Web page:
Thanks for comments!
    Mauri AG1LE

  6. Back in the early 1990's, I had discovered a CW decoding program for my VIC 20 (or Commodore 64). It was a 6502 machine language routine (well under 1K bytes!) that ran on an 8-bit Commodore machine to decode Morse! (I got it either from a BBS, or typed it in from a magazine.)

    It had a VERY NICE adaptive algorithm, and would decode incoming Morse, even with significant (human-sent) speed variations! I even put it to the test by deliberately varying my speed of "sending" into it. As long as there was a reasonable distinction between the dits and dahs, it nailed it! It used the SHIFT key as its input. This made it EASY to interface, because the VIC20 (and Commodore 64) used a physical switch for shift-lock which had exposed wires.

    I built a basic op-amp audio bandpass and comparator circuit, to
    convert the incoming CW tones into switch contact closures. This Rube Goldberg worked EXTREMELY WELL at decoding incoming CW on the ham bands... even the sloppily sent Code from beginners... like me!

    Static, obviously, was a problem with such a simple audio bandpass-based receiving system... but "FFT" and "DSP" software weren't even pipe dreams in those days! ;)

    I lost that little utility YEARS ago... and I hope I can find it again,
    on some dusty old Commodore floppy disk! (I just have to seriously commit to the search!) Obviously, this doesn't meet the criteria set forth, here, but I thought it was interesting enough to mention. :)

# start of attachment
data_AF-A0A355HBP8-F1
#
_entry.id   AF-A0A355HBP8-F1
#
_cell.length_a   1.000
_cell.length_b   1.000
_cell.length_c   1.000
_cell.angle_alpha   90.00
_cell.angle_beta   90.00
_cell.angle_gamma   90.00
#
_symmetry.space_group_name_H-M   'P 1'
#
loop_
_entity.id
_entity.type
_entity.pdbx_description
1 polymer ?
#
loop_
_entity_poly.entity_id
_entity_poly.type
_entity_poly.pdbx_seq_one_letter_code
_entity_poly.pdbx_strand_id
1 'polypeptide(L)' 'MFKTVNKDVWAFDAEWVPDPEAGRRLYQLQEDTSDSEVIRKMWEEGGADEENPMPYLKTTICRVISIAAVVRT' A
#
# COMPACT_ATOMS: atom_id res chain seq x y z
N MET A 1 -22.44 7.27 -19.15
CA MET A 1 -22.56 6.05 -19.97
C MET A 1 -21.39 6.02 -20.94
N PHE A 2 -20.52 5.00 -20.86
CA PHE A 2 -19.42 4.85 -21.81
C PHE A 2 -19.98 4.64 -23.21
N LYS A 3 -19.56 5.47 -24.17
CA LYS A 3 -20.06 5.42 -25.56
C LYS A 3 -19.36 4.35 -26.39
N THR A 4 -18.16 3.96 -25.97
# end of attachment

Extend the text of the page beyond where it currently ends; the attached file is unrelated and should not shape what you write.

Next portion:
7. Hi Willie
    thanks for sharing the story! My first Morse decoder attempt was with RCA CDP1802 based single board computer kit Telmac 1800 ( using machine language. It had massive amount of RAM - 2 kBytes. Eventually I built also a teletype interface to have a printer. My recollection is that Morse decoding accuracy of the program was decent with hand keyed Morse when connecting Morse key to one of the input lines. Unfortunately I didn't save any of my notebooks from those days.

    37+ years of Moore's law has certainly made a big difference in CPU speeds. Latest multicore CPUs and GPUs have very impressive performance. You can do real time signal processing and FFTs using normal CPUs (even ones in smartphones) these days.

    I hope this MLM challenge will bring some new people & ideas to this old problem.

    Mauri AG1LE

  8. I have tried to register for a Kaggle account but I haven’t received a conformation email. Has anyone else had this problem? Is the issue with using a yahoo email account? I have tried to contact Kaggle twice about this but again I have no gotten a response…..

    Thanks in advance.

    John Branthoover – WA3YWU

  9. Hi John
    I used my Gmail account and got confirmation email almost immediately. Have you tried any other email address to register?